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IC established!
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*** Keep in mind - this website does not replace your protocols, and these posts do not reflect SHCGB or Bridgeport Hospital policies. This is a place to discuss research, controversies, or discuss possible future protocols. When in doubt, check your current protocols through the official source.

Monday, June 17, 2013

Atrial Fibrillation: Sure, you can cardiovert it! But should you? (Part 2)

  In the first half of this post I emphasized a few points about AF. It can be triggered by a variety of non-cardiac sources - hypovolemia, alcohol, and especially sepsis can all exacerbate chronic AF, or provoke a new episode. You can cardiovert a hypotensive AF patient with any of those problems, and it might (might) fix the rhythm, but it would be unlikely to correct the underlying issue.

Need another example? Alright, how about AF and an ECG that suggests STEMI?
AF and proven STEMIs - first case
The examples above weren't actually hypotensive, but this last patient was. 

An elderly patient with a history of paroxysmal AF was transported by EMS for acute onset dyspnea, chest and abdominal pain. Things got more complicated when she arrested right upon arrival in the ED. 

Not the patient - this is me when the patient arrests 10 seconds after arrival.
 Fortunately, this meant that the patient got full, immediate, and successful resuscitation. The post-ROSC ECG, however, was concerning:

The patient had a pressure of 80/50 - what should the team have done next? If you say cardioversion, what would you have done if the first attempt didn't work? (or the second?)

(Also, does it help if you know that the prehospital ECG looked like this?)

Anything jumping out at you?
Well, you need a plan B in atrial fibrillation! In this case, the team decided not to re-shock a patient who had just regained their pulse, and who was apparently undergoing a STEMI. During emergent cardiac cath, a complete occlusion of their left anterior descending artery was found, and successfully stented.
AF and proven STEMIs - second case
I've talked about this case before, so I'll be brief. Midlle-aged woman, acute onset chest symptoms:

However, once the medic brought the rapid ventricular response (RVR) down a bit, and the symptoms improved a little, the computer message disappeared when the repeat ECG was obtained...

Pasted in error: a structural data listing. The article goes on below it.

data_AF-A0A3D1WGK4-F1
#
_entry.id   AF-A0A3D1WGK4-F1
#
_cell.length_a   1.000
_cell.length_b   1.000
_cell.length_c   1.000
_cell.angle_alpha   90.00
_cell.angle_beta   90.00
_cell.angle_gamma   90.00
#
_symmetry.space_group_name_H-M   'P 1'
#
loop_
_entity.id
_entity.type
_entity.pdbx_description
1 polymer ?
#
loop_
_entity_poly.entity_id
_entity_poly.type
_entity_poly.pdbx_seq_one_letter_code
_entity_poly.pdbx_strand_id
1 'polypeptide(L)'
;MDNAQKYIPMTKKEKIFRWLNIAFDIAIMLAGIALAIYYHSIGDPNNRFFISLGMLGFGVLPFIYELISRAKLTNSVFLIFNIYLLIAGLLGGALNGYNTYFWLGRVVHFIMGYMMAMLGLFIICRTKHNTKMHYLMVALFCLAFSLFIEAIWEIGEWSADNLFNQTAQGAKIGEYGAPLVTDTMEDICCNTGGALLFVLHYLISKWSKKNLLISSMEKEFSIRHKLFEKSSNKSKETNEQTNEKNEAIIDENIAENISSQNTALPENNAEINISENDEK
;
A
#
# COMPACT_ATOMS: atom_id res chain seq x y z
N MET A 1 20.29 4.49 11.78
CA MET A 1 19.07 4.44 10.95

... but not the ST elevations, nor their apparent reciprocal changes. Her old ECG showed very normal inferior ST segments, supporting the diagnosis of an acute STEMI. During the emergent PCI, they found that an old stent in her RCA was 100% occluded.

On the other hand...
Some physicians are fairly skeptical about ST changes that are found in AF with RVR. As with other arrhythmias, you can end up with a variety of ST changes that resolve with the tachycardia. PSVT very commonly produces ST depressions, even in young folks with no heart disease. 

For example, despite the dramatic ST depressions (and aVR elevation!), this patient... 
ECG from a great case at EMS 12-Lead
 ... never had a troponin increase - no MI - and the ST segments normalized after cardioversion.

Stephen Smith, of Dr. Smith's ECG blog, also voices wariness about calling a STEMI in AF with RVR. He has a great case at his site that illustrates the lesson that, if the patient is losing units of blood from their GI tract, the cath lab is probably not the best first stop, even if the ECG computer is trying to tell you otherwise!

Pictured: Not a cath lab candidate.
So, when do you activate the cath lab? Do you wait to make the call until you've loaded the patient with diltiazem, or do you do it first thing? How long do you look for other causes, versus get everyone moving to the lab?

Ah, good question, and I wish I had some hard and fast answers. I don't know of any research that looks at this issue, and the experts can disagree. It's often going to depend on the clinical context, as well as evolutions in the ECG findings, echocardiograms, and comparisons with old ECGs - all of which are hard to do in the back of a rig!

The Bottom Line
This is a cornerstone of emergency medicine - if the rhythm is fast, and the patient is not doing well, and you think they are not doing well because of that rhythm, then the patient should be cardioverted. 

(Repeat - "they are not doing well because of that rhythm..." Important!)

This is clearly supported in our SHCGB protocols:

But we have seen in these posts a number of examples where cardioversion probably wouldn't have been effective, since the underlying medical issues needed treatment. Cardioversion isn't going to treat low magnesium, hypovolemia, and especially not sepsis!

Cardioversion for hemodynamically unstable AF is reasonable, but this isn't as "simple" as ventricular fibrillation. You need to consider the causes and aggressively treat them, and be ready with a "plan B."